I am guessing that the majority of asbestos you will find in old wireless and TV sets is of the Portland type. I suppose though once it ages though it may "break down" (as mentioned in the post above) and present a higher risk.

I am quite “sensitive” about this as my Grandfather was a builder in the 30s and used the worst kinds of asbestos without any form of protection. He died in the early 70s of lung cancer at a relatively early age!

Chris
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Old 6th Sep 2004, 11:45 am   #8
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Default Re: Asbestos in DAC90

As I understand it, blue asbestos is the most hazardous, followed by brown. The reason being is that under a microscope, the fibres of blue and to a lesser extent brown asbestos resemble tiny needles. It is these needles that get lodged in the aveoli of the lung, cause irritation, and after 20 or so years may lead to cancer. One million of these 'needles' will fit on a pin head. By contrast, white asbestos fibres (which is the type that we are more likely to encounter) resembles fluffy cotton wool. Whilst these are not sharp, they can still clog up the lungs and may eventually may lead to a condition similar to silicosis. Although not as hazardous, it is advisable to reduce ones intake of the dust through sensible precautions. At work all the time we come across fuse carriers and switches which contain asbestos, it is difficult to avoid as there is so much of it about.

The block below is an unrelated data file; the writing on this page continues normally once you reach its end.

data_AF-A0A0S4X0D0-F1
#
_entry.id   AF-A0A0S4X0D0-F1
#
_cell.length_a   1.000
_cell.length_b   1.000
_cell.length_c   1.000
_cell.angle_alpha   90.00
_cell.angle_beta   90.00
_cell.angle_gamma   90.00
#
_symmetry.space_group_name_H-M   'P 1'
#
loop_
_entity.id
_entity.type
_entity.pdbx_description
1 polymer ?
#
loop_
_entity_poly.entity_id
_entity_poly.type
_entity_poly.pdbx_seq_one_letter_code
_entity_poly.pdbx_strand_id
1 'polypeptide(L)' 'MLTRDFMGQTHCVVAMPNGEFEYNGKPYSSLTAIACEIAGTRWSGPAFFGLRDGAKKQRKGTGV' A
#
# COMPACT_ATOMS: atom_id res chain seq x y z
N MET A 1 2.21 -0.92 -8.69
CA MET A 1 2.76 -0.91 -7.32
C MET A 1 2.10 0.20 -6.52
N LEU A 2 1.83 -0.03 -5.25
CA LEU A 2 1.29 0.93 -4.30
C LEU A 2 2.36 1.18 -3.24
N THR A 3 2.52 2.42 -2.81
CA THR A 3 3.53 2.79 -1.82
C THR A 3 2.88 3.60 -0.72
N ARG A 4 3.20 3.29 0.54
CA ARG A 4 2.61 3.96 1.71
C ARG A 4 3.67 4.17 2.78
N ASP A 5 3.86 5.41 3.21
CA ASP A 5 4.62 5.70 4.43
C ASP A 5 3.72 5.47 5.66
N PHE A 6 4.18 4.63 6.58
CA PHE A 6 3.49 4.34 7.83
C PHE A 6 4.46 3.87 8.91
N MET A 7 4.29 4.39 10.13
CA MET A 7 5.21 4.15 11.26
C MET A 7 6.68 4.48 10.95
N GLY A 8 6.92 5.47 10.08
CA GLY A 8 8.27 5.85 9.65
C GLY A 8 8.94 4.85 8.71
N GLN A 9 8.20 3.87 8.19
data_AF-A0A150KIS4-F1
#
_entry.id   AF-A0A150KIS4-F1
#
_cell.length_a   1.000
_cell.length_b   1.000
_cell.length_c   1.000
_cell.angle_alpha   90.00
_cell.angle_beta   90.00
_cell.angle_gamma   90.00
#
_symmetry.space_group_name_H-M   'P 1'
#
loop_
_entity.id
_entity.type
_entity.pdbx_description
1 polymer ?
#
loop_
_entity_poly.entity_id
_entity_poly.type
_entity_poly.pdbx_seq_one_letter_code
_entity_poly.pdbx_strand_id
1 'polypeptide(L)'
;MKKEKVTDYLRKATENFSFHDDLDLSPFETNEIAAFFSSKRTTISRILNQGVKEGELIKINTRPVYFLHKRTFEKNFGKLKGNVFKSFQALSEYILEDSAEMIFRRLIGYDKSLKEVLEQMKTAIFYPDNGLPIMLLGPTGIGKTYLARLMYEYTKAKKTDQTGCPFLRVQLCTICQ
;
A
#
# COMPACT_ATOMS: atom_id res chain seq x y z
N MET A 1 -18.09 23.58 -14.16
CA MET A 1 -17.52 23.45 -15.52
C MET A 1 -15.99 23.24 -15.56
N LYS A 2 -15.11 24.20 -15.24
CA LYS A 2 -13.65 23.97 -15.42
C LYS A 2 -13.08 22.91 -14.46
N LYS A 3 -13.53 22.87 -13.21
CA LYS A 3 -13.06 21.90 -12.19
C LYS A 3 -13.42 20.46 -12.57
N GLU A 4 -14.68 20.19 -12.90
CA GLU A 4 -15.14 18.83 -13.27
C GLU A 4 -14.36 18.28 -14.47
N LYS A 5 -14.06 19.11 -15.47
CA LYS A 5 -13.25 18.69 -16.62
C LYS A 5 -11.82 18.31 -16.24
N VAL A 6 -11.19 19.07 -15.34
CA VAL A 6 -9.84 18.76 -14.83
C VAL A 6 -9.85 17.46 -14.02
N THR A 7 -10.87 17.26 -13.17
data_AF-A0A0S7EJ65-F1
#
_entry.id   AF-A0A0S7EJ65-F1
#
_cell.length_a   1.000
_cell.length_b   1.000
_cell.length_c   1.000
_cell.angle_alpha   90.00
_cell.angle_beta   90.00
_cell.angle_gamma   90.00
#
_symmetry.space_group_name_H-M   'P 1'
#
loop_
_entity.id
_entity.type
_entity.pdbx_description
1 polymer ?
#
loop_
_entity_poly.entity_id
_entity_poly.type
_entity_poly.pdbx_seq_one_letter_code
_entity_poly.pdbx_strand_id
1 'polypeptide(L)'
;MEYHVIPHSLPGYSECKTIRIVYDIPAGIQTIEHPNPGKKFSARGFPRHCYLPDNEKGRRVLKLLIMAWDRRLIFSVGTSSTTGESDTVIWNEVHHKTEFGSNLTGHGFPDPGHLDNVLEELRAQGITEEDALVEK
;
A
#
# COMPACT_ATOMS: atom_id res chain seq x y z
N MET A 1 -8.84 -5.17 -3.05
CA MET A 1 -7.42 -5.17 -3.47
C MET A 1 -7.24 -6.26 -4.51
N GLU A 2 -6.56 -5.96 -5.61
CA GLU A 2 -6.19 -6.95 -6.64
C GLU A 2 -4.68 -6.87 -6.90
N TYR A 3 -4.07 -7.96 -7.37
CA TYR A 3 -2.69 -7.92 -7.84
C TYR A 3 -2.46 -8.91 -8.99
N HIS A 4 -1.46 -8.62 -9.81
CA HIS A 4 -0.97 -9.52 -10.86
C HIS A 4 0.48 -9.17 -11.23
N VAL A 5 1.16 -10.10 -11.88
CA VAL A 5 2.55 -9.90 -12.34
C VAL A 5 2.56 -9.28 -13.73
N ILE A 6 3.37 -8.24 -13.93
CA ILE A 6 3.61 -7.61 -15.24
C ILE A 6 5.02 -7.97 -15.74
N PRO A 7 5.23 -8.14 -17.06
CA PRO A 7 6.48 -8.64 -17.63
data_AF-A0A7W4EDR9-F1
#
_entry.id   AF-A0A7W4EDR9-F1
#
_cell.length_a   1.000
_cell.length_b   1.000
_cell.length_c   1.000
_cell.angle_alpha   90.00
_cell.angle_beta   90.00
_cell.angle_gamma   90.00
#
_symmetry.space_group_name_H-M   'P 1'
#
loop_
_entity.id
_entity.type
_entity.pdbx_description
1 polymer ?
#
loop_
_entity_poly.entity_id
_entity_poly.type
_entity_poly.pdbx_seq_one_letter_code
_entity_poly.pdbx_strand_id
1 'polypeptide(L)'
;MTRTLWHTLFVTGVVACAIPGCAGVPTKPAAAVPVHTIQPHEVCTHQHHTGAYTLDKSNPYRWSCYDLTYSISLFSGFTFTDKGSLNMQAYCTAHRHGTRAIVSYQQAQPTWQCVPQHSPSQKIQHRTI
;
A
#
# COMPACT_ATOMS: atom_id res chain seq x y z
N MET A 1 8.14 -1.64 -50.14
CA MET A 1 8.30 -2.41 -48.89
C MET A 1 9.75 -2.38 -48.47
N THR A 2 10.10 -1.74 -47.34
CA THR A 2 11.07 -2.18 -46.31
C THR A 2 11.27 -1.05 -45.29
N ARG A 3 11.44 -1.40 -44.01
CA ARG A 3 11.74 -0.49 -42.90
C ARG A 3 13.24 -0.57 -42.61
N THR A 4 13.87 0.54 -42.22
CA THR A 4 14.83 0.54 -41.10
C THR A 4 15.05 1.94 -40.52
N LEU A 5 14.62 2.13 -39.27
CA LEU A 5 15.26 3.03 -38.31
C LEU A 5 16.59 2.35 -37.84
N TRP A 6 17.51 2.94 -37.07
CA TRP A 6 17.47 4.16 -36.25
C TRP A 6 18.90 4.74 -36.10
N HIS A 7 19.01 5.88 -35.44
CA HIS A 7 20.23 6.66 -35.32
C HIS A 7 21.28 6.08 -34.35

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Old 6th Sep 2004, 5:46 pm   #9
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Default Re: Asbestos in DAC90

FWIW I removed the asbestos in my DAC90. I followed the instructions detailed already - spray with water to damp down the dust, work outdoors, wear old clothing, double wrap in plastic bags, etc.

I removed the asbestos and the metal partition around the dropper and replaced the resistive dropper with a capacitive dropper detailed on Pauls website - http://www.vintage-radio.com/repair-...er-calcs.shtml . Taking this approach removes the need for the heatshield and the radio runs a lot cooler.